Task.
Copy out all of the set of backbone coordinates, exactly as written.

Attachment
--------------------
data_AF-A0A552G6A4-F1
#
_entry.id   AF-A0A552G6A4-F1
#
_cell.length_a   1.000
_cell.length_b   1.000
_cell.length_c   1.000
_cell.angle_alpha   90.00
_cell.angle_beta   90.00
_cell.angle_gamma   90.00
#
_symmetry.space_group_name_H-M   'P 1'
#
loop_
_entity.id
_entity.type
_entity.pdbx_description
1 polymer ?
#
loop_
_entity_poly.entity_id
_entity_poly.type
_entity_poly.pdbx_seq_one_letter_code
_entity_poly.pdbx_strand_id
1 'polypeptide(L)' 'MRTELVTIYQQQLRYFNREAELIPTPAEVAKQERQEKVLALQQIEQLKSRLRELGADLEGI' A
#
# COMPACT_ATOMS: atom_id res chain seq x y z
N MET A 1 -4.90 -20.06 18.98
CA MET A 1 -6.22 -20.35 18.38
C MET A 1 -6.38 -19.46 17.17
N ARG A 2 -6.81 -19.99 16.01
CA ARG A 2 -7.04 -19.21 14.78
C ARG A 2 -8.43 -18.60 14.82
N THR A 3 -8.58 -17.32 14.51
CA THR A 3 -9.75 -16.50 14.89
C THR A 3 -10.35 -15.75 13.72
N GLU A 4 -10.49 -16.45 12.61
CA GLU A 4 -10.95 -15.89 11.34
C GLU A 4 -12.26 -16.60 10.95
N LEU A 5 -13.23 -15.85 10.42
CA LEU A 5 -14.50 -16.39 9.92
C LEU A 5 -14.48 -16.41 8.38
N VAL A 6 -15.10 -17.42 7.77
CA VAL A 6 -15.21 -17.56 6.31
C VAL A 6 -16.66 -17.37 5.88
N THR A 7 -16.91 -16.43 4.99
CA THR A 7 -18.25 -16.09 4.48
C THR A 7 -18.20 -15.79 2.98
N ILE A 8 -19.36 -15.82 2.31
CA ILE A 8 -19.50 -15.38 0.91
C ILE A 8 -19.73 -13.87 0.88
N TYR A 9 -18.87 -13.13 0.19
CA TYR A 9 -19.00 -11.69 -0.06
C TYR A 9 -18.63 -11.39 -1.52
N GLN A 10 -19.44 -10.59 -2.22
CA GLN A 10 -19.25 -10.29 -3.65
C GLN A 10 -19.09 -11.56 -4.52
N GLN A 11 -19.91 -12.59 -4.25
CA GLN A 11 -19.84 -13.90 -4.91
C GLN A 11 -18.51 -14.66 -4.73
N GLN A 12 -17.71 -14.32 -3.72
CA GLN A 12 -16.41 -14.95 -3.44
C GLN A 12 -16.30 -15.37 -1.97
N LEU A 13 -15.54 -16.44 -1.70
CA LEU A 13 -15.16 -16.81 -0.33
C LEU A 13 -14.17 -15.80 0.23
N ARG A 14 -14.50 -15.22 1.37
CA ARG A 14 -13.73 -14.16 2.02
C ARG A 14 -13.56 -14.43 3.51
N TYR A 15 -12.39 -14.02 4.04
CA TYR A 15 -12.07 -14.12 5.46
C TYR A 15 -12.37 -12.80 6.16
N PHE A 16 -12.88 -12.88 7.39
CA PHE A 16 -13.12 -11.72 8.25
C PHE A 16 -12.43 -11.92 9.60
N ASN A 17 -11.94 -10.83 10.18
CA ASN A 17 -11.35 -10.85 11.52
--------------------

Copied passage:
data_AF-A0A552G6A4-F1
#
_entry.id   AF-A0A552G6A4-F1
#
_cell.length_a   1.000
_cell.length_b   1.000
_cell.length_c   1.000
_cell.angle_alpha   90.00
_cell.angle_beta   90.00
_cell.angle_gamma   90.00
#
_symmetry.space_group_name_H-M   'P 1'
#
loop_
_entity.id
_entity.type
_entity.pdbx_description
1 polymer ?
#
loop_
_entity_poly.entity_id
_entity_poly.type
_entity_poly.pdbx_seq_one_letter_code
_entity_poly.pdbx_strand_id
1 'polypeptide(L)' 'MRTELVTIYQQQLRYFNREAELIPTPAEVAKQERQEKVLALQQIEQLKSRLRELGADLEGI' A
#
# COMPACT_ATOMS: atom_id res chain seq x y z
N MET A 1 -4.90 -20.06 18.98
CA MET A 1 -6.22 -20.35 18.38
C MET A 1 -6.38 -19.46 17.17
N ARG A 2 -6.81 -19.99 16.01
CA ARG A 2 -7.04 -19.21 14.78
C ARG A 2 -8.43 -18.60 14.82
N THR A 3 -8.58 -17.32 14.51
CA THR A 3 -9.75 -16.50 14.89
C THR A 3 -10.35 -15.75 13.72
N GLU A 4 -10.49 -16.45 12.61
CA GLU A 4 -10.95 -15.89 11.34
C GLU A 4 -12.26 -16.60 10.95
N LEU A 5 -13.23 -15.85 10.42
CA LEU A 5 -14.50 -16.39 9.92
C LEU A 5 -14.48 -16.41 8.38
N VAL A 6 -15.10 -17.42 7.77
CA VAL A 6 -15.21 -17.56 6.31
C VAL A 6 -16.66 -17.37 5.88
N THR A 7 -16.91 -16.43 4.99
CA THR A 7 -18.25 -16.09 4.48
C THR A 7 -18.20 -15.79 2.98
N ILE A 8 -19.36 -15.82 2.31
CA ILE A 8 -19.50 -15.38 0.91
C ILE A 8 -19.73 -13.87 0.88
N TYR A 9 -18.87 -13.13 0.19
CA TYR A 9 -19.00 -11.69 -0.06
C TYR A 9 -18.63 -11.39 -1.52
N GLN A 10 -19.44 -10.59 -2.22
CA GLN A 10 -19.25 -10.29 -3.65
C GLN A 10 -19.09 -11.56 -4.52
N GLN A 11 -19.91 -12.59 -4.25
CA GLN A 11 -19.84 -13.90 -4.91
C GLN A 11 -18.51 -14.66 -4.73
N GLN A 12 -17.71 -14.32 -3.72
CA GLN A 12 -16.41 -14.95 -3.44
C GLN A 12 -16.30 -15.37 -1.97
N LEU A 13 -15.54 -16.44 -1.70
CA LEU A 13 -15.16 -16.81 -0.33
C LEU A 13 -14.17 -15.80 0.23
N ARG A 14 -14.50 -15.22 1.37
CA ARG A 14 -13.73 -14.16 2.02
C ARG A 14 -13.56 -14.43 3.51
N TYR A 15 -12.39 -14.02 4.04
CA TYR A 15 -12.07 -14.12 5.46
C TYR A 15 -12.37 -12.80 6.16
N PHE A 16 -12.88 -12.88 7.39
CA PHE A 16 -13.12 -11.72 8.25
C PHE A 16 -12.43 -11.92 9.60
N ASN A 17 -11.94 -10.83 10.18
CA ASN A 17 -11.35 -10.85 11.52